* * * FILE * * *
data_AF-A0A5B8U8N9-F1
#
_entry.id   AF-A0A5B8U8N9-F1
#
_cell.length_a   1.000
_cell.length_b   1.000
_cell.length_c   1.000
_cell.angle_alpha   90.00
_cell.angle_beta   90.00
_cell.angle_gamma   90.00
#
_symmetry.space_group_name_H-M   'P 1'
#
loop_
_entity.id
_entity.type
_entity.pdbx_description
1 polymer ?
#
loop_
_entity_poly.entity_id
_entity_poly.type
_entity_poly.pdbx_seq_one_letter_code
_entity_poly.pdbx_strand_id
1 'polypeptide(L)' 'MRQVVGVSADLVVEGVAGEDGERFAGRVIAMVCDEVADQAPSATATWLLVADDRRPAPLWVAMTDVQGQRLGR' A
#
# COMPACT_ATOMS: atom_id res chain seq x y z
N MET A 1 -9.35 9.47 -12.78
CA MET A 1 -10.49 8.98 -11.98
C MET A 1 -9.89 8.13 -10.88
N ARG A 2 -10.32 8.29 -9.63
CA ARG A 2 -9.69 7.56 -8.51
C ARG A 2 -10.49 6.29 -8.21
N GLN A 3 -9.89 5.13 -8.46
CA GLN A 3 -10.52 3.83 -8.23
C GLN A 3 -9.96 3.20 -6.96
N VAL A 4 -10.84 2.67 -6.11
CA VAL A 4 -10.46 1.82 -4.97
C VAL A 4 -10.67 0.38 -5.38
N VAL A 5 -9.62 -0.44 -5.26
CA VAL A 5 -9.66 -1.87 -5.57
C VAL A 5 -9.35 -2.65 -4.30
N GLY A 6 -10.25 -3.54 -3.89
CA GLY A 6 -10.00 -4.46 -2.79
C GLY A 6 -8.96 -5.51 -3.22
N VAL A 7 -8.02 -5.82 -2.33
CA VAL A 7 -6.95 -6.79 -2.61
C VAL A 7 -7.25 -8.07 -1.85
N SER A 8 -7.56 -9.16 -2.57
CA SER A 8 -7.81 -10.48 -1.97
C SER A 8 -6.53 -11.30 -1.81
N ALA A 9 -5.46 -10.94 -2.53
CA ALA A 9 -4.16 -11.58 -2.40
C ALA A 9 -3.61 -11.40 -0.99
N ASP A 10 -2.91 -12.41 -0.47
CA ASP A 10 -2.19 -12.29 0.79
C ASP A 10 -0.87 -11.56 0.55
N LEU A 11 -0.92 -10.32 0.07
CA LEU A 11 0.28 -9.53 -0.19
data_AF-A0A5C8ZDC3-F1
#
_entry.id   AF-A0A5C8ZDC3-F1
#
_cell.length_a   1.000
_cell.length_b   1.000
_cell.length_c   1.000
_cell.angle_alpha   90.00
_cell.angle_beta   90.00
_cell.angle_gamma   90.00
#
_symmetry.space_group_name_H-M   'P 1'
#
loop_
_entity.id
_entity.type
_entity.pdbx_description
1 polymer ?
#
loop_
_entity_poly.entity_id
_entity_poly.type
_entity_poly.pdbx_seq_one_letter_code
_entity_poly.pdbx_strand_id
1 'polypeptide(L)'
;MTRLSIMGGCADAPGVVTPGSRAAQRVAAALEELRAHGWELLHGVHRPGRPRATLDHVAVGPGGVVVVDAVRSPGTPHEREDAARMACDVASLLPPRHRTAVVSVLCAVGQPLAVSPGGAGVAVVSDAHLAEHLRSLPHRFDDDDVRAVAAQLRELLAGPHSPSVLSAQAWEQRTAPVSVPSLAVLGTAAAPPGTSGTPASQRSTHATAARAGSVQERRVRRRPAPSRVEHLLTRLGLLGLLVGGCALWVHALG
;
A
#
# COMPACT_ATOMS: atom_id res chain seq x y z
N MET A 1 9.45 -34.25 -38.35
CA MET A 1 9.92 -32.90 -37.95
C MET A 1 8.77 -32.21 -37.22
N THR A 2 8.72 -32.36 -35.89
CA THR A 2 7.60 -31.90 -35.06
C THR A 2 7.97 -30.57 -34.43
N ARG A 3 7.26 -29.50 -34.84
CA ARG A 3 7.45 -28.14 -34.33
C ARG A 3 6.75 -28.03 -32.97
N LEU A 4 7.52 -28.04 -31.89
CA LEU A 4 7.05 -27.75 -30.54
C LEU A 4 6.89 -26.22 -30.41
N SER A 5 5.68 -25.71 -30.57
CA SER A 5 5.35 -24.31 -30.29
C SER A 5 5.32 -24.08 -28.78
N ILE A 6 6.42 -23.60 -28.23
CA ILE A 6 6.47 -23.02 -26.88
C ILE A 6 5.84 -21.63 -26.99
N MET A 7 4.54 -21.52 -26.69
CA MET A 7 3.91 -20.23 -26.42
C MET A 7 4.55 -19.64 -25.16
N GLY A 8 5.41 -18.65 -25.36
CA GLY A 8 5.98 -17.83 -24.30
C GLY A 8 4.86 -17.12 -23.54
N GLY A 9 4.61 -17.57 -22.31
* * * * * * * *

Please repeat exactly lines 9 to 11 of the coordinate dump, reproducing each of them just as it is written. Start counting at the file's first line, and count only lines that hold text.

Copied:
_cell.angle_beta   90.00
_cell.angle_gamma   90.00
#